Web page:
Eating vegetables and fruit are key to a healthy, cancer-protective diet, yet few Americans meet the daily serving recommendations, with low-income consumers finding it especially difficult. But a recent study demonstrated how a brief discussion combined with a $10 voucher incentive could modestly boost families’ vegetable and fruit consumption.
Q: I keep seeing recommendations about cups of vegetables, but I’m confused about how many I should be eating. What about my kids?
A: If you’re like most adults, you should be aiming for 2 to 3 cups of vegetables a day, as seen in the Healthy U.S.-Style Eating Pattern from the Dietary Guidelines. This amount also holds for children ages 9 and older. Targets for children age 8 and under, are less – about 1 to 1.5 cups a day.
“Cups” of vegetables mostly refers to a portion equal to one measuring cup for raw or cooked vegetables. For lettuce, spinach or other raw leafy vegetables however, two cups count as a cup. A medium carrot, celery stalk and small pepper each count as half a cup. If you don’t want to measure, an average adult fist is a rough guide to a 1-cup portion. So you can aim for one to two fist-size portions of vegetables at lunch and dinner each day. Read more… “Health Talk: How many vegetables should I be eating? What about my kids?”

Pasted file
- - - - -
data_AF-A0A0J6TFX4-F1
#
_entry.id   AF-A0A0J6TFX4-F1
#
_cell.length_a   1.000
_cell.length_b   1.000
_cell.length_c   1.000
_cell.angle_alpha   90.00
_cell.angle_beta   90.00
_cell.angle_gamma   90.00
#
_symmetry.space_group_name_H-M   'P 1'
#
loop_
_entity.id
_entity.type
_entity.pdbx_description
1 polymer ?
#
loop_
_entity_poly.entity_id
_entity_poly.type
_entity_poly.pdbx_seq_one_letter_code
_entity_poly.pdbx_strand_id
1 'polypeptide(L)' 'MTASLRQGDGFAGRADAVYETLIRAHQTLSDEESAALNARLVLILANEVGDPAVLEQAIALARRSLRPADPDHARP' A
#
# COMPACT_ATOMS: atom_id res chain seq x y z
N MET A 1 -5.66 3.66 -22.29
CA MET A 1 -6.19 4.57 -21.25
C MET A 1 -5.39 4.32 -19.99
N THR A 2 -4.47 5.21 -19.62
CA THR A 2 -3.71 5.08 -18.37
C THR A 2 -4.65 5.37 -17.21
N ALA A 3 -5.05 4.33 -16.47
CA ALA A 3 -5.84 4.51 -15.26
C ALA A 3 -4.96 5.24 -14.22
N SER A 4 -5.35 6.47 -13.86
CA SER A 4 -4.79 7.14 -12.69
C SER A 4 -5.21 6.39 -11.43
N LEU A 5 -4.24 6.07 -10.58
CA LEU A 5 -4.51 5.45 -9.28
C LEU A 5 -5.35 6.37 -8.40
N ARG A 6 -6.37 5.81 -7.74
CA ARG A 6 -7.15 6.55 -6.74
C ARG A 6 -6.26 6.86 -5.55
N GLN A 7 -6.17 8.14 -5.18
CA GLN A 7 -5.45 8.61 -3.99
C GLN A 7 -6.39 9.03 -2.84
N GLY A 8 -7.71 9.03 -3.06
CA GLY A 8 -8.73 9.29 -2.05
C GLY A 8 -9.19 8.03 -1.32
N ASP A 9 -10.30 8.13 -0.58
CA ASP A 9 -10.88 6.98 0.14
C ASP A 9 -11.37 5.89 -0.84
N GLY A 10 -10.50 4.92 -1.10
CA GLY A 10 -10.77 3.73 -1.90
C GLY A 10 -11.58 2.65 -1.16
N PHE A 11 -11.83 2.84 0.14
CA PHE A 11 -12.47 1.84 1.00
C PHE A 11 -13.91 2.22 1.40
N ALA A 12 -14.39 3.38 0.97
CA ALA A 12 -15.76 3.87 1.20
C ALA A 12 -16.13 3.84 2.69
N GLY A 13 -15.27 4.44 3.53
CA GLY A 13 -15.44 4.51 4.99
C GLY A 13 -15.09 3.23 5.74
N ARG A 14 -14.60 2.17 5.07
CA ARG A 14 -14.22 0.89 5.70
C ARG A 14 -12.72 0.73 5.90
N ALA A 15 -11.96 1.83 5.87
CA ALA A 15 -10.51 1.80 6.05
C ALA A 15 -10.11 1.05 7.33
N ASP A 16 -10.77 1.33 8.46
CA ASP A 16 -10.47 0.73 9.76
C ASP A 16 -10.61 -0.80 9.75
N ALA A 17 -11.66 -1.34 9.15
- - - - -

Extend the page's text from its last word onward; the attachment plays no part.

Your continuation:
If you’re the parent of an infant or toddler, you’ve probably given a lot of thought to how you can raise a non-picky eater who enjoys a wide variety of fruits and vegetables and doesn’t overdo it on junk food. Diets rich in colorful fruits and vegetables and low in sugary and energy-dense foods and drinks can help kids (and parents) maintain a healthy weight, prevent cancer as adults and reduce their risk of other chronic diseases.
Raising kids that prefer healthy foods isn’t easy, but a new study published in the Journal of the Academy of Nutrition and Dietetics suggests strategies that parents can try with their young children that may affect what foods kids enjoy and eat more of as they get older. It joins a growing body of research pointing to the importance of introducing a wide variety of vegetables to children under the age of 2. It also provide new evidence that parents should avoid introducing foods low in nutrients, but high in saturated fat, added sugars, or salt to young children who haven’t yet tasted them.
This study used data from the NOURISH trial, a randomized control trial that began in Australia in 2008. The original study looked at whether providing new mothers with guidance on feeding and parenting practices affected outcomes as children got older. In this new study, researchers analyzed data from 340 mother-child pairs to see whether the amount of fruits, vegetables, and noncore (low-nutrient) foods tried by 14-month olds affected their preference for and intake of these foods, food fussiness, and weight about two and half years later. Read more… “Study: Toddlers who try more veggies less picky years later”
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